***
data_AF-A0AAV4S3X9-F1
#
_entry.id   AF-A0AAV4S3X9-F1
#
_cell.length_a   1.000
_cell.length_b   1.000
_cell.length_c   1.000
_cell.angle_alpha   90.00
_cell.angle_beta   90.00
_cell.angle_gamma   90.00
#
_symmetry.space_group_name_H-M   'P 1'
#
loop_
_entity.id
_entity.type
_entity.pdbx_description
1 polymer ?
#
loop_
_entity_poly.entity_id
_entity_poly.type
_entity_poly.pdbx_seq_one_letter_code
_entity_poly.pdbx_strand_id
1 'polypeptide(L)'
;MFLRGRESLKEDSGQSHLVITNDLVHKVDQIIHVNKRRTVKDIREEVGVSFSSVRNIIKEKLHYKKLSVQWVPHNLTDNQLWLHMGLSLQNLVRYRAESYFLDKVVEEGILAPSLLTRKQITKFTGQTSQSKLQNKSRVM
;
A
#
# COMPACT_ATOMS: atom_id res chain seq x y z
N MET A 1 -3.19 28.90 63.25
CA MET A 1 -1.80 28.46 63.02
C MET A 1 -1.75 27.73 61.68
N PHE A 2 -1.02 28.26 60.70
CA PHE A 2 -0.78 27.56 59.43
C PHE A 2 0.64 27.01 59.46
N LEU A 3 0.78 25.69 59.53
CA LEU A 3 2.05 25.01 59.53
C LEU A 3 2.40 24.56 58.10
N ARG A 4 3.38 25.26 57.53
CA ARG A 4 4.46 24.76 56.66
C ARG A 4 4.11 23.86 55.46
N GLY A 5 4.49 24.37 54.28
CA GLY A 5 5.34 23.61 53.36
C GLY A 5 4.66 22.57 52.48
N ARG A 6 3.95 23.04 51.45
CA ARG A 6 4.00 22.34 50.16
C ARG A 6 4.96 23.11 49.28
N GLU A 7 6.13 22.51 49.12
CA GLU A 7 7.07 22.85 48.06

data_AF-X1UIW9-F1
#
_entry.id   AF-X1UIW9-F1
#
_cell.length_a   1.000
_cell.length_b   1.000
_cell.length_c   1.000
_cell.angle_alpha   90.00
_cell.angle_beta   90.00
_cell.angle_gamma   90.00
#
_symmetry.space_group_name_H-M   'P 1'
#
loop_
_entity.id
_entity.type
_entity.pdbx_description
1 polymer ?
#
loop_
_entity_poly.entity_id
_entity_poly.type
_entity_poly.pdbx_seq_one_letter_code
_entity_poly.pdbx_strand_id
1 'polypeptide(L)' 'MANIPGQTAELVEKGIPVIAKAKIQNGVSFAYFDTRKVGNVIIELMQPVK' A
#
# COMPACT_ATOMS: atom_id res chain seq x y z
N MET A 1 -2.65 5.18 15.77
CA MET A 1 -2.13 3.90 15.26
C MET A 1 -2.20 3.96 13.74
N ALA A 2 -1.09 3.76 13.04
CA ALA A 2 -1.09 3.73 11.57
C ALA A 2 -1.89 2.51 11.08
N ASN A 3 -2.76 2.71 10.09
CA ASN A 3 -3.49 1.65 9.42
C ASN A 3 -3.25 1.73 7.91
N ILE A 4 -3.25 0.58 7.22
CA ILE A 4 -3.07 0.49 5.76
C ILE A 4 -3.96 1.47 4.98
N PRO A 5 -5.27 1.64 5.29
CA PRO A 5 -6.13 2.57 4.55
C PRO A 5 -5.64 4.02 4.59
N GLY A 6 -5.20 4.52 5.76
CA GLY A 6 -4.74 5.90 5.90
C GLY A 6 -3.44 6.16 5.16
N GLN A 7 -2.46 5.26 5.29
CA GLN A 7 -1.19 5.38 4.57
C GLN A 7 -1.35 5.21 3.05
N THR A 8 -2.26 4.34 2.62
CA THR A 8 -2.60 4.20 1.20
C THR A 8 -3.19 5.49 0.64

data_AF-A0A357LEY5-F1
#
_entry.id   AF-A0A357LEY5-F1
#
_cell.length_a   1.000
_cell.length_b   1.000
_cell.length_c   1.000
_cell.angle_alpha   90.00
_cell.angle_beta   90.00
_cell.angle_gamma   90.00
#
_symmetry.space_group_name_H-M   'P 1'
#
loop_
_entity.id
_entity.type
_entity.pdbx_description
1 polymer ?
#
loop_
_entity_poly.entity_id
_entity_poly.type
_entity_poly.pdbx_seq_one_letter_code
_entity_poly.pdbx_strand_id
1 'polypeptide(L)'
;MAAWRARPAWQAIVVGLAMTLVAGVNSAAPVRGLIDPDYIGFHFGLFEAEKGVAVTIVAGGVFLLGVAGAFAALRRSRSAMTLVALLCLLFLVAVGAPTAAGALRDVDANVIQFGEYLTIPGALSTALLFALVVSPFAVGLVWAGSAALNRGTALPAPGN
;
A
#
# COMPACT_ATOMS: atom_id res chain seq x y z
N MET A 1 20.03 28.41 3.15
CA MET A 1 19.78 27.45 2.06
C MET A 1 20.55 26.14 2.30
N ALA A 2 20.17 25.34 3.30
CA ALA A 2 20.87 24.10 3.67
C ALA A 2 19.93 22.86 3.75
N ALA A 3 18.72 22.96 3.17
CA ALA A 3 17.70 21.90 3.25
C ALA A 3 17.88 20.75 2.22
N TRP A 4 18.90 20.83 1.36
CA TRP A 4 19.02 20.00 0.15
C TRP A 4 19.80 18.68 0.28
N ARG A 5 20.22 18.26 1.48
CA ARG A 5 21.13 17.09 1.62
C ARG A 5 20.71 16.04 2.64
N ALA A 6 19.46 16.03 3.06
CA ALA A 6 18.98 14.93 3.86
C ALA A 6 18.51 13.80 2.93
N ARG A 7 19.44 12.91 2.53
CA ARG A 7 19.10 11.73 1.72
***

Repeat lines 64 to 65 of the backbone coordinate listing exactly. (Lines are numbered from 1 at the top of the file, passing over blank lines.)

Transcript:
loop_
_entity.id